But you and your fellow Greek audience have come to hear the minstrel sing not of war in general, but of the war at Troy, and of the fall of its heroes: Agamemnon, Priam, Hector, Patroclus, Achilles. The stories, like the men’s fates, are already known, and Logue does not tamper with them, allowing us to experience Agamemnon’s egomaniacal stupidity, Ajax’s single-minded devotion to his men, Helen’s brave but ultimately hopeless defiance of Aphrodite. But in the heroes’ speeches, Logue shifts to a loose blank verse that intensifies the pathos of "big men falling a long way," as Logue defines tragedy. It is there in Patroclus’ dying words to Hector, which remind us that when men kill each other in war, they are also killing themselves:

I can hear Death pronounce my name, and yet
Somehow it sounds like Hector.
And as I close my eyes I see Achilles’ face
With Death’s voice coming out of it.

Logue forces us to grieve with Achilles over this loss, and the intense physicality of Achilles’ misery strikes us again and again with Logue’s skillful repetitions and his direct commands:

Down on your knees, Achilles. Further down.
Now forward on your hands and thrust your face into the filth,
Push filth into your open eyes, and howling, howling,
Sprawled howling, howling in the filth,
Ripping out locks of your long redcurrant-coloured hair,
Trowel up its dogshit with your mouth.

And Logue captures the sheer hatred fueling Achilles’ revenge when he depicts him staring at the divinely-forged armor his mother, the Nereid Thetis, has brought him: "Slitting his eyes against the flare, some said, / But others thought the hatred shuttered by his lids / Made him protect the metal."

Logue’s death in 2011 left War Music unfinished, and some scenes that readers of Homer most appreciate and use to judge the translator’s art are missing, including the warm family interaction between Hector, his wife Andromache, and their infant son Astyanax (who ultimately will be thrown from the ramparts by Achilles’ son Neoptolemus, his mother taken as Neoptolemus’ slave); Achilles’s defiant address to Hector, when he tells him "There can be no covenants between lions and men"; and the culminating fight, when Achilles slays Hector and seals his own fate.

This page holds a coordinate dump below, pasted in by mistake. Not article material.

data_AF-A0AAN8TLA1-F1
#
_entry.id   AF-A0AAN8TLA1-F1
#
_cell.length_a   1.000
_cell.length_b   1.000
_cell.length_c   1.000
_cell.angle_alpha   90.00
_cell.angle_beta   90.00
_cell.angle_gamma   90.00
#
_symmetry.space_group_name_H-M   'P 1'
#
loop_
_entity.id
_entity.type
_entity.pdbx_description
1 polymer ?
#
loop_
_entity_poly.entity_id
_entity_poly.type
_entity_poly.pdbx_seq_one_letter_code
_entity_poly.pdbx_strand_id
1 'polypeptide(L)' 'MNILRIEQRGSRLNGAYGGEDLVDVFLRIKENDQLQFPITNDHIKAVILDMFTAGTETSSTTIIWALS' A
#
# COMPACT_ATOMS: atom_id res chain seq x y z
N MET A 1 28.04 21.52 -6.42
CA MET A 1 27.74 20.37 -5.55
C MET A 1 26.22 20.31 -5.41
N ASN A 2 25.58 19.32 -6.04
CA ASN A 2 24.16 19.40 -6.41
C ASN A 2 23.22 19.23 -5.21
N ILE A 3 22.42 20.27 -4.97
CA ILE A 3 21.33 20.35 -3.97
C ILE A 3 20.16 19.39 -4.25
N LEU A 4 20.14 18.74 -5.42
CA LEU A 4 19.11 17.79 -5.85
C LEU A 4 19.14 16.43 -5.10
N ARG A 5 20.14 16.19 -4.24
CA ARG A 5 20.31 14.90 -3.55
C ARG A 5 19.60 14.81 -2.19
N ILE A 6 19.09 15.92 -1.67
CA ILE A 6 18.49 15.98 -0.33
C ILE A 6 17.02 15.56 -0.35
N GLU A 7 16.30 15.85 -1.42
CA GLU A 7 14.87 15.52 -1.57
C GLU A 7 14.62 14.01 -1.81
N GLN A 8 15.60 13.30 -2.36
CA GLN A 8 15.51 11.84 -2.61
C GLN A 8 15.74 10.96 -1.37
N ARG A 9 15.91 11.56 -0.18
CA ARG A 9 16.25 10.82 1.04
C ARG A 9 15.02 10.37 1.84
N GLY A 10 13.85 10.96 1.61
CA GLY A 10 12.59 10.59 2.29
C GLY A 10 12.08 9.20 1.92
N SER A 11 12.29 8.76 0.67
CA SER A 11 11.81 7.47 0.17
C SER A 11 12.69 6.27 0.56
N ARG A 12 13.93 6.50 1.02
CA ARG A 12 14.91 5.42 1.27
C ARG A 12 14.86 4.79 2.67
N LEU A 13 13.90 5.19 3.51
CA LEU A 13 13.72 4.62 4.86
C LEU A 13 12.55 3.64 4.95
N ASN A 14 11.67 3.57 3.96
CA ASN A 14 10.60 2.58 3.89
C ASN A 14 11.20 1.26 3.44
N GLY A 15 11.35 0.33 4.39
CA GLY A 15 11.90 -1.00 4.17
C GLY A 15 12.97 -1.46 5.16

But in the section titled Big Men Falling a Long Way, editor Christopher Reid gives us tantalizing glimpses of Logue at work. Reid provides, for example, Logue’s "Poss. Sims," extended similes he could deploy at appropriate moments in the poem (just as the ancient Homeric poets would have done in their oral performances), as well as several scenes in various stages of development, the most important of which is Achilles’ encounter with Priam, when the Trojan King sneaks into the Greek camp to beg for the corpse of his son Hector. Logue weaves the plaintive plea of Priam’s speech into the narration, muting its drama, perhaps, but deepening its power:

Beside these steps they parked King Priam’s litter,
Where, but above him, lord Achilles, waiting, let
The old king get himself up out of it
Onto the stage, and, kneeling, kiss his hands:
The hands that killed his son.

Logue’s death also prevented him from composing the famous description of Achilles’ shield. But Reid supplies us with Logue’s tantalizing note, in which he described his plans: "Homer describes the creation in Heaven of a new shield […] The new shield’s face is covered with designs that show the world as Homer knew it. This passage will be extended. The pictures on the shield will reflect our world."

No minstrel would ever tell the whole Iliad in one sitting, and so Logue’s abrupt departure connects us once more with those ancient audiences. We will never have the vision of a shield reflecting Achilles’ world and ours. But in another way, we do have it, we have Logue’s War Music, and by staring into its unfinished yet gleaming surface, we glimpse past, present, and future at once. Like Achilles with his armor, we can stare into "the holy tungsten like a star."

Temple Cone

Temple Cone   Email Temple | Full Bio | RSS
Temple Cone is the author of four books of poetry, of which the most recently published is guzzle, from March Street Press. He has also published six poetry chapbooks, as well as reference works on Cormac McCarthy's The Road, Walt Whitman, and 20th-Century American Poetry. He is a professor of English at the U.S. Naval Academy.